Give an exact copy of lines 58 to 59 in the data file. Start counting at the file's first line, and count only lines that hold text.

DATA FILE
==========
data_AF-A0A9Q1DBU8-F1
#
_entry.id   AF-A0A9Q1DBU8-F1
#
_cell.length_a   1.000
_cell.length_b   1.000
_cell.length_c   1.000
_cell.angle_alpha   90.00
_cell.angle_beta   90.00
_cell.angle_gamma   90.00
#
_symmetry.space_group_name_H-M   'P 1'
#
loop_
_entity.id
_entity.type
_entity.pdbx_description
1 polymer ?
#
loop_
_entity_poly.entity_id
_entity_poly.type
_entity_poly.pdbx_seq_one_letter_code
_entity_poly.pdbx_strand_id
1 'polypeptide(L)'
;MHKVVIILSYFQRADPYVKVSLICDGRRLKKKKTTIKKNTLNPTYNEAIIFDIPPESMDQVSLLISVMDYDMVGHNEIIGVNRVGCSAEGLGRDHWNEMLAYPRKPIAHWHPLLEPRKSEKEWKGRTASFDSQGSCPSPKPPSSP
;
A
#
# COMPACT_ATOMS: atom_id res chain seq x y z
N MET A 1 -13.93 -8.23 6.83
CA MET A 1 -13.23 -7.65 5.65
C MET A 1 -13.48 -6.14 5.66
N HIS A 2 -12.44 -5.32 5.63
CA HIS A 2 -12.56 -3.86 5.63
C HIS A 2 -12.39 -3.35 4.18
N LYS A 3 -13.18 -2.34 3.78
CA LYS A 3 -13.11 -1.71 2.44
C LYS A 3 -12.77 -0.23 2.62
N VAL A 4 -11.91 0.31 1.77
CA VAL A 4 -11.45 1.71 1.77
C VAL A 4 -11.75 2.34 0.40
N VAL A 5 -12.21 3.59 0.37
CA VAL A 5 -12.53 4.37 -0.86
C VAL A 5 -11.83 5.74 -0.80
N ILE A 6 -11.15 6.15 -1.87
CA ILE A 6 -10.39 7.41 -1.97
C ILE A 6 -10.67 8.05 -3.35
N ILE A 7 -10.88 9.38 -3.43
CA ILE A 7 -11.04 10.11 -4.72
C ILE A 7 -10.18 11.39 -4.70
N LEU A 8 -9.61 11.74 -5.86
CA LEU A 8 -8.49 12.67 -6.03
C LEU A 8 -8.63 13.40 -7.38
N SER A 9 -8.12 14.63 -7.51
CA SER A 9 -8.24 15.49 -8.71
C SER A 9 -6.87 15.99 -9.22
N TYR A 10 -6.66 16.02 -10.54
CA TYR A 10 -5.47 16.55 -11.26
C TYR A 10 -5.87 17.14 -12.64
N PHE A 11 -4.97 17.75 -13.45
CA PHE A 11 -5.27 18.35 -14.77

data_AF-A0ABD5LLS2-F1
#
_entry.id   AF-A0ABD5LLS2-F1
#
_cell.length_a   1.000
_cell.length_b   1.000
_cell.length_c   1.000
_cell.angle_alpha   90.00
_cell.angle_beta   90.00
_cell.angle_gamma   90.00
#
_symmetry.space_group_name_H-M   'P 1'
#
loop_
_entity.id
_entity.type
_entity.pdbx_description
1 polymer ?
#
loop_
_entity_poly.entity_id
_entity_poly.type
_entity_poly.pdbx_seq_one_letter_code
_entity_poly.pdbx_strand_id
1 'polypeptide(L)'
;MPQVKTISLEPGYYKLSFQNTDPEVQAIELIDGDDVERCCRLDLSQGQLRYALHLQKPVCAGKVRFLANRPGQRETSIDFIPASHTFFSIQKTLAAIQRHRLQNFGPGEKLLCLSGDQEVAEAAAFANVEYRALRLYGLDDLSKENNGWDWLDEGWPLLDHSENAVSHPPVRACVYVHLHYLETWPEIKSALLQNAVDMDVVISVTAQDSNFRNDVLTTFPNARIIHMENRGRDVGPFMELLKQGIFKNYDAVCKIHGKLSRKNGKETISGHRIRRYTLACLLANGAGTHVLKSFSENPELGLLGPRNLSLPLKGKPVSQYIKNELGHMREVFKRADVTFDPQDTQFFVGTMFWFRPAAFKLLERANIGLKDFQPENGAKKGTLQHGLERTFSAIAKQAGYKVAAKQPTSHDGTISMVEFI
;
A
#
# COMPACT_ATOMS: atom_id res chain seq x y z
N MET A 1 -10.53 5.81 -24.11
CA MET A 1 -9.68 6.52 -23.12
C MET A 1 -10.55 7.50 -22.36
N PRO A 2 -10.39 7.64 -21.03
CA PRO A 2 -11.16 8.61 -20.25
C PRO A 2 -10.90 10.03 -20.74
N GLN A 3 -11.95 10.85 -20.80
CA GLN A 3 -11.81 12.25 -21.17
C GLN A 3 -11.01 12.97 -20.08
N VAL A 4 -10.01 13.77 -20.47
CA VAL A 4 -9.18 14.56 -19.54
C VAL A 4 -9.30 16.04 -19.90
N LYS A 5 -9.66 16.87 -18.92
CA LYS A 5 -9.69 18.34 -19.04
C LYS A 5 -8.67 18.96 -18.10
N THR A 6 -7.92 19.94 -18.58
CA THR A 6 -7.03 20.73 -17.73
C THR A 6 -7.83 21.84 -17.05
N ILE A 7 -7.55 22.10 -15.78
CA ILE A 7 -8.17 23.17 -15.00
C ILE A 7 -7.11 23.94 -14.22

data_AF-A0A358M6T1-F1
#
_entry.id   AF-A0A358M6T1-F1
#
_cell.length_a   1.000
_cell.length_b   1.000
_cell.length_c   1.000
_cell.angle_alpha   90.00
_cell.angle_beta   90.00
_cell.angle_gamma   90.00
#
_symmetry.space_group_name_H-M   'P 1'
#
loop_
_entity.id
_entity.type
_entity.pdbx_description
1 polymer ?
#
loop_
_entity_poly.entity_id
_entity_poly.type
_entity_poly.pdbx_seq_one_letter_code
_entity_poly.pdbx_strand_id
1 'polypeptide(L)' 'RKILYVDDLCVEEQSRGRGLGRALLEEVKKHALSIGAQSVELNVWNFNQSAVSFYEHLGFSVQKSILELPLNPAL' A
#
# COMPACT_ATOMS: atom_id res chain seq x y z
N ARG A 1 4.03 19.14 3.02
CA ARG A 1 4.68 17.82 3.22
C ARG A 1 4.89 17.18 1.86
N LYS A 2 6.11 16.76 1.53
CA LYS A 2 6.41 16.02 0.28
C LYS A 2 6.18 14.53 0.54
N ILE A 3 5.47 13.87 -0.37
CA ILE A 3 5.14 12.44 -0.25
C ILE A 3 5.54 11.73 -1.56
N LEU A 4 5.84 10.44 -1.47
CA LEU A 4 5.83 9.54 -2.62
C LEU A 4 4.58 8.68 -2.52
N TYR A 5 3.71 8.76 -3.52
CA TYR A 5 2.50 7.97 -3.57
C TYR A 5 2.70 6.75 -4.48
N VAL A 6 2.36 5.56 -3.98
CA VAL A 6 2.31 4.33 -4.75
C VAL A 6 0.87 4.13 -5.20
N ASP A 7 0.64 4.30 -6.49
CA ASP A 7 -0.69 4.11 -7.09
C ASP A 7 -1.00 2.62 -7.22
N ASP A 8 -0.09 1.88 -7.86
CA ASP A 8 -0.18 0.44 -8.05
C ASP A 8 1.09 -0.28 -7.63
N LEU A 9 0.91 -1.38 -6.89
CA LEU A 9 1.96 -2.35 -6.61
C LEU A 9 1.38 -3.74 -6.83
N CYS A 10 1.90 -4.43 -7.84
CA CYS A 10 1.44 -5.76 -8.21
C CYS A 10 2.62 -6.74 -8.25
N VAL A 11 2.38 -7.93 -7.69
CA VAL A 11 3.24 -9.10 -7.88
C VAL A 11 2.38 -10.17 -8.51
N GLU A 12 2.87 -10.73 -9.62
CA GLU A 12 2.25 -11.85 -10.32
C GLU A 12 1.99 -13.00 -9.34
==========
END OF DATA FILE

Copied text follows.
N TYR A 10 -6.66 16.02 -10.54
CA TYR A 10 -5.47 16.55 -11.26